Fisher-Price toys inspired by COVID-19’s WFH, the world’s last Blockbuster is on Airbnb, and Dunkin’ debuts fall menu early

Also: A social media platform size guide, Disney cuts ‘Fox’ from its television studios in rebrand, your most hated jargon, and more.

Hello, communicators:

OKCupid’s global communications manager, Michael Kaye, recently tweeted a quip to which many PR pros can relate:

Here are today’s top stories:

Fisher-Price launches WFH toys

Mattel’s infant and preschool brand, Fisher-Price, unveiled a new product line of role-play toys inspired by remote working during COVID-19. “My Home Office Set” includes a laptop with fabric “apps,” headset, coffee cup and smartphone.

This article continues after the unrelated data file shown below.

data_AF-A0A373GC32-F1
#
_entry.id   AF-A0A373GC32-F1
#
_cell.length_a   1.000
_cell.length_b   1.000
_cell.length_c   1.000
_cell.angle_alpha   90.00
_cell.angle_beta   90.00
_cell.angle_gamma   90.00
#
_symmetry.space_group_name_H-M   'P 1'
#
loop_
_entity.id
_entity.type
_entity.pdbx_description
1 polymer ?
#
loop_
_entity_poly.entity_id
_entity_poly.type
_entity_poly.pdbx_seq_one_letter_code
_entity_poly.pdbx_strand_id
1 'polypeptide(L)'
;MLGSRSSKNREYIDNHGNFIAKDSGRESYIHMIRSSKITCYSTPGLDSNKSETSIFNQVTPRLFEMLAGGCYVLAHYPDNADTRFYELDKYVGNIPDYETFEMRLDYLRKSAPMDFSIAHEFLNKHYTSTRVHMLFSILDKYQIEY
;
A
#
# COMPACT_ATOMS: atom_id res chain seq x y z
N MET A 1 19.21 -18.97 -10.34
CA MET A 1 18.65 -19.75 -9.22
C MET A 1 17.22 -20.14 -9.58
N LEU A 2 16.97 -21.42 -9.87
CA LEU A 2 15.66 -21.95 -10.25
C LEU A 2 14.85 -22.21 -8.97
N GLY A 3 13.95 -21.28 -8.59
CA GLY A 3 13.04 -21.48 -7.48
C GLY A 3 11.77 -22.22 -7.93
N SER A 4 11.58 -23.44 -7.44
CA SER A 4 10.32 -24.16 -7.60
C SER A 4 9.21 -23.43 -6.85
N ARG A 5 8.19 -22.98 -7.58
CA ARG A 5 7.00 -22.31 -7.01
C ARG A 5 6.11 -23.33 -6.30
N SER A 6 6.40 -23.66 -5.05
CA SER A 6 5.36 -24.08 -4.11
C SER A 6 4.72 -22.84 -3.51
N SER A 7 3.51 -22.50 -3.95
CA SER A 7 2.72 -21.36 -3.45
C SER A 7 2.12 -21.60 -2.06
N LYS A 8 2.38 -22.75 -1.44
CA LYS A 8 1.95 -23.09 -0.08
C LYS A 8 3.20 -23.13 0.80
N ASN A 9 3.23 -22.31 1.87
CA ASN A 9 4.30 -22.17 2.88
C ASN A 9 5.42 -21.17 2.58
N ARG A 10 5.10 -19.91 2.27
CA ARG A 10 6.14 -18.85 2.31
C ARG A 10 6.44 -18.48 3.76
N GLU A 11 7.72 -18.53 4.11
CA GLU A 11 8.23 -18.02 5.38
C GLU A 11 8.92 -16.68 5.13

“Baby Biceps Gift Set” comes with a mini kettle bell, barbell, shaker bottle and sweatband, while the company’s “Cutest Chef Gift Set” comes with mini tongs and a meatball spinner, oven-mitt teether, chef’s apron bib and crinkle recipe card.

Image courtesy of Mattel.

In a press release, Mattel’s senior vice president of Fisher-Price and global head of infant and preschool, Chuck Scothon, said:

… Our designers created these toys based on some of the most popular themes in social media, including #food and #fitness. And, speaking of popular hashtags, we also recently introduced a Tiny Tourist™ Gift Set perfect for family #staycations.

Why it’s important: Playing off current trends and holidays has long been a PR and marketing practice, but take care when you reference COVID-19. You might end up stoking anger as much as you do interest.

“Though the mini home office, workout, and cooking playsets are undeniably cute, they’re also bleak as hell,” Mashable reported.